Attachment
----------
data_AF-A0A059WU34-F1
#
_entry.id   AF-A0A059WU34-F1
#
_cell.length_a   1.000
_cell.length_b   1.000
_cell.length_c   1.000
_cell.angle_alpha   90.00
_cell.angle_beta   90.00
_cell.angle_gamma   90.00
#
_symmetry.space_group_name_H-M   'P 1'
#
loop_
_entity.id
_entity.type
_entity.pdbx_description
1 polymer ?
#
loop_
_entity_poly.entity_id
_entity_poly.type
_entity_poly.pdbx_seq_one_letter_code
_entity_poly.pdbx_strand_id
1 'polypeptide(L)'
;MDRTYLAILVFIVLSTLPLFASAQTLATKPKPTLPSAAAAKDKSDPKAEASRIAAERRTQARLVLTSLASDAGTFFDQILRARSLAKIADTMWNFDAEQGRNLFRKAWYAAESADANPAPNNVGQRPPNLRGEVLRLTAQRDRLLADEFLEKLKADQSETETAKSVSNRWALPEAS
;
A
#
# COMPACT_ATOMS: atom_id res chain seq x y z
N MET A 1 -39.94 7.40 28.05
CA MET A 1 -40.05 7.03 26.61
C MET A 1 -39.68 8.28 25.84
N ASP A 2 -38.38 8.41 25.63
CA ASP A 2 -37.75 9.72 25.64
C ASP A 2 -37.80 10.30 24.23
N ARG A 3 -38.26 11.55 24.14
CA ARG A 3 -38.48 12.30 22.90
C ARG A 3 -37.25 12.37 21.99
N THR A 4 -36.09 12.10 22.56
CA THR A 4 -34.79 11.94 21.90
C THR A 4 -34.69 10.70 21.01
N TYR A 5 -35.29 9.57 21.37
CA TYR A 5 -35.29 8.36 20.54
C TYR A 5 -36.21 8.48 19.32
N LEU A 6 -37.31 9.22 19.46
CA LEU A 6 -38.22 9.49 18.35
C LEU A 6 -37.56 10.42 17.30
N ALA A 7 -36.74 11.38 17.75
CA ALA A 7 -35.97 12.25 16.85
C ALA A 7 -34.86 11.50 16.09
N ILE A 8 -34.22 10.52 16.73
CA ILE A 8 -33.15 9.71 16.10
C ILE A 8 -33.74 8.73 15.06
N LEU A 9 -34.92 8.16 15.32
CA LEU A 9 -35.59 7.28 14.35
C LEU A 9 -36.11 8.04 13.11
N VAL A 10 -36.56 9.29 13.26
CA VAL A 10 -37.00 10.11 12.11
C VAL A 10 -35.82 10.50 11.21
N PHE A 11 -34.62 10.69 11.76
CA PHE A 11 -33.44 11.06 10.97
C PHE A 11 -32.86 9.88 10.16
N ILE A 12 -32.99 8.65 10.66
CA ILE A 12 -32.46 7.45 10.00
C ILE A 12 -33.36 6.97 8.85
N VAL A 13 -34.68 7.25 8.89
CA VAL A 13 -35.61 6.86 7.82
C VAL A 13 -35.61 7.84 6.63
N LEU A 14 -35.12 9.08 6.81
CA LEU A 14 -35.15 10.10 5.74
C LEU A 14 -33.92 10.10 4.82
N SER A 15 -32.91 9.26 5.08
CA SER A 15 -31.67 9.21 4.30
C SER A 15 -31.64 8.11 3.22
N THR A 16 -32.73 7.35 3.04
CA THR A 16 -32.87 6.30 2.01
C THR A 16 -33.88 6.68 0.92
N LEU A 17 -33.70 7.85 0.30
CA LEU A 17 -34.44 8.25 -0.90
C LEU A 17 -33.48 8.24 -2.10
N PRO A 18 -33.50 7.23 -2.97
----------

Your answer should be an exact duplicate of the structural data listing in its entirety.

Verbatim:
data_AF-A0A059WU34-F1
#
_entry.id   AF-A0A059WU34-F1
#
_cell.length_a   1.000
_cell.length_b   1.000
_cell.length_c   1.000
_cell.angle_alpha   90.00
_cell.angle_beta   90.00
_cell.angle_gamma   90.00
#
_symmetry.space_group_name_H-M   'P 1'
#
loop_
_entity.id
_entity.type
_entity.pdbx_description
1 polymer ?
#
loop_
_entity_poly.entity_id
_entity_poly.type
_entity_poly.pdbx_seq_one_letter_code
_entity_poly.pdbx_strand_id
1 'polypeptide(L)'
;MDRTYLAILVFIVLSTLPLFASAQTLATKPKPTLPSAAAAKDKSDPKAEASRIAAERRTQARLVLTSLASDAGTFFDQILRARSLAKIADTMWNFDAEQGRNLFRKAWYAAESADANPAPNNVGQRPPNLRGEVLRLTAQRDRLLADEFLEKLKADQSETETAKSVSNRWALPEAS
;
A
#
# COMPACT_ATOMS: atom_id res chain seq x y z
N MET A 1 -39.94 7.40 28.05
CA MET A 1 -40.05 7.03 26.61
C MET A 1 -39.68 8.28 25.84
N ASP A 2 -38.38 8.41 25.63
CA ASP A 2 -37.75 9.72 25.64
C ASP A 2 -37.80 10.30 24.23
N ARG A 3 -38.26 11.55 24.14
CA ARG A 3 -38.48 12.30 22.90
C ARG A 3 -37.25 12.37 21.99
N THR A 4 -36.09 12.10 22.56
CA THR A 4 -34.79 11.94 21.90
C THR A 4 -34.69 10.70 21.01
N TYR A 5 -35.29 9.57 21.37
CA TYR A 5 -35.29 8.36 20.54
C TYR A 5 -36.21 8.48 19.32
N LEU A 6 -37.31 9.22 19.46
CA LEU A 6 -38.22 9.49 18.35
C LEU A 6 -37.56 10.42 17.30
N ALA A 7 -36.74 11.38 17.75
CA ALA A 7 -35.97 12.25 16.85
C ALA A 7 -34.86 11.50 16.09
N ILE A 8 -34.22 10.52 16.73
CA ILE A 8 -33.15 9.71 16.10
C ILE A 8 -33.74 8.73 15.06
N LEU A 9 -34.92 8.16 15.32
CA LEU A 9 -35.59 7.28 14.35
C LEU A 9 -36.11 8.04 13.11
N VAL A 10 -36.56 9.29 13.26
CA VAL A 10 -37.00 10.11 12.11
C VAL A 10 -35.82 10.50 11.21
N PHE A 11 -34.62 10.69 11.76
CA PHE A 11 -33.44 11.06 10.97
C PHE A 11 -32.86 9.88 10.16
N ILE A 12 -32.99 8.65 10.66
CA ILE A 12 -32.46 7.45 10.00
C ILE A 12 -33.36 6.97 8.85
N VAL A 13 -34.68 7.25 8.89
CA VAL A 13 -35.61 6.86 7.82
C VAL A 13 -35.61 7.84 6.63
N LEU A 14 -35.12 9.08 6.81
CA LEU A 14 -35.15 10.10 5.74
C LEU A 14 -33.92 10.10 4.82
N SER A 15 -32.91 9.26 5.08
CA SER A 15 -31.67 9.21 4.30
C SER A 15 -31.64 8.11 3.22
N THR A 16 -32.73 7.35 3.04
CA THR A 16 -32.87 6.30 2.01
C THR A 16 -33.88 6.68 0.92
N LEU A 17 -33.70 7.85 0.30
CA LEU A 17 -34.44 8.25 -0.90
C LEU A 17 -33.48 8.24 -2.10
N PRO A 18 -33.50 7.23 -2.97